Last year (2021) marked 30 years since the Day of Mourning (DOM) for workers injured or killed on the job was established in Canada. It is now observed around the world.
The topic of health and safety is more important than ever, in the midst of the worst pandemic in a century. Let’s teach our students and young workers about their health and safety rights at work.
How it works
Due to the online format in 2021, there is no need to register your school or classroom to participate in the Day of Mourning BC Schools Project - simply head to the Download Materials page to get started.
Here are the materials your class needs to conduct your Day of Mourning project.
Watch the Video
“Day of Mourning the Untold Story”, produced by the BC Federation of Labour Health and Safety Centre (2017)
The Day of Mourning (DOM) for workers killed or injured on the job, began in Canada and is now observed around the world.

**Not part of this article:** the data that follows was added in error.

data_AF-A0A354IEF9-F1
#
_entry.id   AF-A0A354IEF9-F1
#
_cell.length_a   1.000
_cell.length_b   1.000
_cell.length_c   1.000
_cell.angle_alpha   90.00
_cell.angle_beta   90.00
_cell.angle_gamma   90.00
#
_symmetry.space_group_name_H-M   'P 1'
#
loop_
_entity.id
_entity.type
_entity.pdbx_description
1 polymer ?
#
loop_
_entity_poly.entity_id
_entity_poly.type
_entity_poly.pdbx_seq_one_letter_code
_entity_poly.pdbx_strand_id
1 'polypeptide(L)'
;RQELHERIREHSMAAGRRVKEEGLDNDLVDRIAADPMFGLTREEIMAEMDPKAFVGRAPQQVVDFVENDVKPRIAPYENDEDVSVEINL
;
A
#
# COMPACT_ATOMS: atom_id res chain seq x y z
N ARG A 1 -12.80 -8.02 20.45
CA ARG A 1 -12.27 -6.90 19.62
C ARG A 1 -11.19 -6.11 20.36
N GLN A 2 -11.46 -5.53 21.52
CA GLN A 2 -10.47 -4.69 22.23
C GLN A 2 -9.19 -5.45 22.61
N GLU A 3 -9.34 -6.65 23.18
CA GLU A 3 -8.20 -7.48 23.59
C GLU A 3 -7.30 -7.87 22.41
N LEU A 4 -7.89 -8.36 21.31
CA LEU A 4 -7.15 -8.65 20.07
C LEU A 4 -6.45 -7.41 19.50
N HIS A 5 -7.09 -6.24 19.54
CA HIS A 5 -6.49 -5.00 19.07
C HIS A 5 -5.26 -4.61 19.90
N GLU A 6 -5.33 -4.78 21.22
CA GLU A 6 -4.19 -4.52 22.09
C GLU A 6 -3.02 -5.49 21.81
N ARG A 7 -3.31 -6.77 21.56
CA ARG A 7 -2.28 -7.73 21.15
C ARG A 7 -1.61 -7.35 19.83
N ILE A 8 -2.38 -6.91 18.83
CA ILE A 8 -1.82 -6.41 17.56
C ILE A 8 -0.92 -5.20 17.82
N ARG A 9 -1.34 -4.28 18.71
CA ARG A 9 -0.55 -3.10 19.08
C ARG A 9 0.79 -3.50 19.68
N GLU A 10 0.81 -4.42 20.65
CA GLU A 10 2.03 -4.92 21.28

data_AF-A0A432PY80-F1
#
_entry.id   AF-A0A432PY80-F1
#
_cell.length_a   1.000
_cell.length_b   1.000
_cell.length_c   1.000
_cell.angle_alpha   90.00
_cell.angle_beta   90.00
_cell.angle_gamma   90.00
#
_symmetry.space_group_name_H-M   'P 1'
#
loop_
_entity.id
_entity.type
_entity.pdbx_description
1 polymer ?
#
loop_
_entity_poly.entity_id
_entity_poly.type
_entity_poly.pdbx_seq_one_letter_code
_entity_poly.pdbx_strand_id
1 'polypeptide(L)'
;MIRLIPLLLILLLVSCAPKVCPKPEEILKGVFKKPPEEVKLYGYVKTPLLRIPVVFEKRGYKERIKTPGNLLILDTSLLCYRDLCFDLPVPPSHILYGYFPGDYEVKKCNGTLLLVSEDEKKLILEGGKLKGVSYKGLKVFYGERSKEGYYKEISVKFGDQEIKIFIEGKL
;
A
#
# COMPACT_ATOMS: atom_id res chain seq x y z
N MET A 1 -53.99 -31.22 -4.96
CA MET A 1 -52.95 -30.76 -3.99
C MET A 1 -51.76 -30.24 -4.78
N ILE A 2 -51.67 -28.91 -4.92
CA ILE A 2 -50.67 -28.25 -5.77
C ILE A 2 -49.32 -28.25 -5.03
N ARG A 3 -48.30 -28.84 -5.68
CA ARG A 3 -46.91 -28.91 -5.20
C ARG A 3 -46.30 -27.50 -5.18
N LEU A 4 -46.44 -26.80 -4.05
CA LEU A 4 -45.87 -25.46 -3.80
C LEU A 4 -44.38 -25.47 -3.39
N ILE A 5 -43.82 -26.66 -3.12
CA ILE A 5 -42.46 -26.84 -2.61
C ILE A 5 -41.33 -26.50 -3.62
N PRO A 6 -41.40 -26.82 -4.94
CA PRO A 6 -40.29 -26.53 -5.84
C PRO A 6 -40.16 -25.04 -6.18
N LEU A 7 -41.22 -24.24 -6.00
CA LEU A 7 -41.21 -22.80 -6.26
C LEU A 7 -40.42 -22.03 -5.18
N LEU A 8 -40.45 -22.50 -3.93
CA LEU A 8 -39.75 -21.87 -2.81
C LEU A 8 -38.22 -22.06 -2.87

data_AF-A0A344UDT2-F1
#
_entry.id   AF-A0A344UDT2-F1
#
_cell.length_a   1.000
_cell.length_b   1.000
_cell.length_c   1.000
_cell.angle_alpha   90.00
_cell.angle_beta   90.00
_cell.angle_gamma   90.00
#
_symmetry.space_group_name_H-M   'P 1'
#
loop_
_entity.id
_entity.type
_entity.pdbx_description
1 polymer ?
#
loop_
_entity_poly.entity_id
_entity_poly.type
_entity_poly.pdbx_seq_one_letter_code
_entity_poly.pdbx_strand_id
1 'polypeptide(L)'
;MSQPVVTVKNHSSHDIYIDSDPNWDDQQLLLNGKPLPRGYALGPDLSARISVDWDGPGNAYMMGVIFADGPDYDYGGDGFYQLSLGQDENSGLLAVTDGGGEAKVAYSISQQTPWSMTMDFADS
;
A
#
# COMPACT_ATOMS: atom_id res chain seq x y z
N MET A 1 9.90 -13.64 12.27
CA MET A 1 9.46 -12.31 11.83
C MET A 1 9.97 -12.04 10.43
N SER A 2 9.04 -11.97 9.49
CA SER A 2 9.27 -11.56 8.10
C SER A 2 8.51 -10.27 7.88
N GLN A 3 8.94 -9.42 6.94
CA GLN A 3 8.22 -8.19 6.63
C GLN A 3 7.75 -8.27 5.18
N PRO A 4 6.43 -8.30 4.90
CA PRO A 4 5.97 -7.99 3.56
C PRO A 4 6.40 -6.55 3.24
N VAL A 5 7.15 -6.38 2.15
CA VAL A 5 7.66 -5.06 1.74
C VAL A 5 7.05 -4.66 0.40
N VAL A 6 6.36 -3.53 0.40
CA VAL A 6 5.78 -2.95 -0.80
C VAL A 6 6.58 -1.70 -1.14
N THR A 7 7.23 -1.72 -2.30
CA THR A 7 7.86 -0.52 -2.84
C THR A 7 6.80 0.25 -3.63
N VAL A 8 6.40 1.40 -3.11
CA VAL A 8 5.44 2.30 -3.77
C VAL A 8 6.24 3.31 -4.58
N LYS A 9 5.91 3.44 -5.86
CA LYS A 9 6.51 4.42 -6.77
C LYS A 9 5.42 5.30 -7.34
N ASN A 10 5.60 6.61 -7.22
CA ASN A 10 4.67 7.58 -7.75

WHAT IS THE DAY OF MOURNING PROJECT FOR BC SCHOOLS?
Many students and young people lack knowledge of the dangers of work and their rights as workers. They are the most vulnerable group in the workforce as they are statistically more likely to suffer injury or death at the workplace.
Workers in BC can enter the workplace as young as 12 years of age
In BC, an average of 27 young workers have time-loss injuries every day
Every week, seven young workers are permanently disabled in BC
The Day of Mourning BC Schools Project is a partnership of the BC Federation of Labour, BC Labour Heritage Centre, BC Principals’ and Vice-Principals’ Association, BC School Trustees’ Association, BC Teachers’ Federation, CUPE BC and WorkSafe BC.
April 28, 2022 falls on a Thursday. Our materials include activities that encourage schools to remotely participate in a series of events and activities in the week leading up to the Day of Mourning (April 21-28).
encourage schools to participate in the Day of Mourning
teach students and young workers about their rights in the workplace
reduce the number of deaths and injuries among young workers